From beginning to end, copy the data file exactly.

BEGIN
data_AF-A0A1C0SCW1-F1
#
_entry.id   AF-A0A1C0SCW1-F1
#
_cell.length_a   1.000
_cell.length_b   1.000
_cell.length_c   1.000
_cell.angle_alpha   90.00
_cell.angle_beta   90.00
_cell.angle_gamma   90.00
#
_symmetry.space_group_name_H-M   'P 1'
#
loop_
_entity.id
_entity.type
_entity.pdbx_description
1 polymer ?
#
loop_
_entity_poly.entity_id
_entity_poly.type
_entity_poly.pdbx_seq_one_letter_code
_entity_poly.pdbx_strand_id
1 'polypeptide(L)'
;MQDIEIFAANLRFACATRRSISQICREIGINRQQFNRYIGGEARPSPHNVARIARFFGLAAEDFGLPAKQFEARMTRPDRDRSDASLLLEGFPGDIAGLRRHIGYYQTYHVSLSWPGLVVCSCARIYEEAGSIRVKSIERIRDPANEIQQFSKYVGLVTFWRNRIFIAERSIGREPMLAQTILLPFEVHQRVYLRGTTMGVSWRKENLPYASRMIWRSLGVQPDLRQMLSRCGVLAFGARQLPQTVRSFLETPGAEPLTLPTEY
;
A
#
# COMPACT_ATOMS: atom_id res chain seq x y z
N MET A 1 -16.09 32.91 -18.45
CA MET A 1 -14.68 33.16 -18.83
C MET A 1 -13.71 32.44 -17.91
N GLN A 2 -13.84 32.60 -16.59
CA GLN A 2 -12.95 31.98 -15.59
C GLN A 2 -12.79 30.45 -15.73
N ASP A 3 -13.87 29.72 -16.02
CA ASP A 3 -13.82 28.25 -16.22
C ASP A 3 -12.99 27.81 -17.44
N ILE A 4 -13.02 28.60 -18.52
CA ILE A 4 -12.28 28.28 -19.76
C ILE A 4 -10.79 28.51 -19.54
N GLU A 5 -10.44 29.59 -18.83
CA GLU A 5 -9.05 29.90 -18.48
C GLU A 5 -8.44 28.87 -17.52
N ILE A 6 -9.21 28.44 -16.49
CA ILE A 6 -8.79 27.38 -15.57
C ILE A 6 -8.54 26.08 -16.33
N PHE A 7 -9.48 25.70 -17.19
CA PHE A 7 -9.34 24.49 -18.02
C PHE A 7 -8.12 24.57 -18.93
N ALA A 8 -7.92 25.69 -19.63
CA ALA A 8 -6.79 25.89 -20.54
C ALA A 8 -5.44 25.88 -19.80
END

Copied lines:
data_AF-A0A1C0SCW1-F1
#
_entry.id   AF-A0A1C0SCW1-F1
#
_cell.length_a   1.000
_cell.length_b   1.000
_cell.length_c   1.000
_cell.angle_alpha   90.00
_cell.angle_beta   90.00
_cell.angle_gamma   90.00
#
_symmetry.space_group_name_H-M   'P 1'
#
loop_
_entity.id
_entity.type
_entity.pdbx_description
1 polymer ?
#
loop_
_entity_poly.entity_id
_entity_poly.type
_entity_poly.pdbx_seq_one_letter_code
_entity_poly.pdbx_strand_id
1 'polypeptide(L)'
;MQDIEIFAANLRFACATRRSISQICREIGINRQQFNRYIGGEARPSPHNVARIARFFGLAAEDFGLPAKQFEARMTRPDRDRSDASLLLEGFPGDIAGLRRHIGYYQTYHVSLSWPGLVVCSCARIYEEAGSIRVKSIERIRDPANEIQQFSKYVGLVTFWRNRIFIAERSIGREPMLAQTILLPFEVHQRVYLRGTTMGVSWRKENLPYASRMIWRSLGVQPDLRQMLSRCGVLAFGARQLPQTVRSFLETPGAEPLTLPTEY
;
A
#
# COMPACT_ATOMS: atom_id res chain seq x y z
N MET A 1 -16.09 32.91 -18.45
CA MET A 1 -14.68 33.16 -18.83
C MET A 1 -13.71 32.44 -17.91
N GLN A 2 -13.84 32.60 -16.59
CA GLN A 2 -12.95 31.98 -15.59
C GLN A 2 -12.79 30.45 -15.73
N ASP A 3 -13.87 29.72 -16.02
CA ASP A 3 -13.82 28.25 -16.22
C ASP A 3 -12.99 27.81 -17.44
N ILE A 4 -13.02 28.60 -18.52
CA ILE A 4 -12.28 28.28 -19.76
C ILE A 4 -10.79 28.51 -19.54
N GLU A 5 -10.44 29.59 -18.83
CA GLU A 5 -9.05 29.90 -18.48
C GLU A 5 -8.44 28.87 -17.52
N ILE A 6 -9.21 28.44 -16.49
CA ILE A 6 -8.79 27.38 -15.57
C ILE A 6 -8.54 26.08 -16.33
N PHE A 7 -9.48 25.70 -17.19
CA PHE A 7 -9.34 24.49 -18.02
C PHE A 7 -8.12 24.57 -18.93
N ALA A 8 -7.92 25.69 -19.63
CA ALA A 8 -6.79 25.89 -20.54
C ALA A 8 -5.44 25.88 -19.80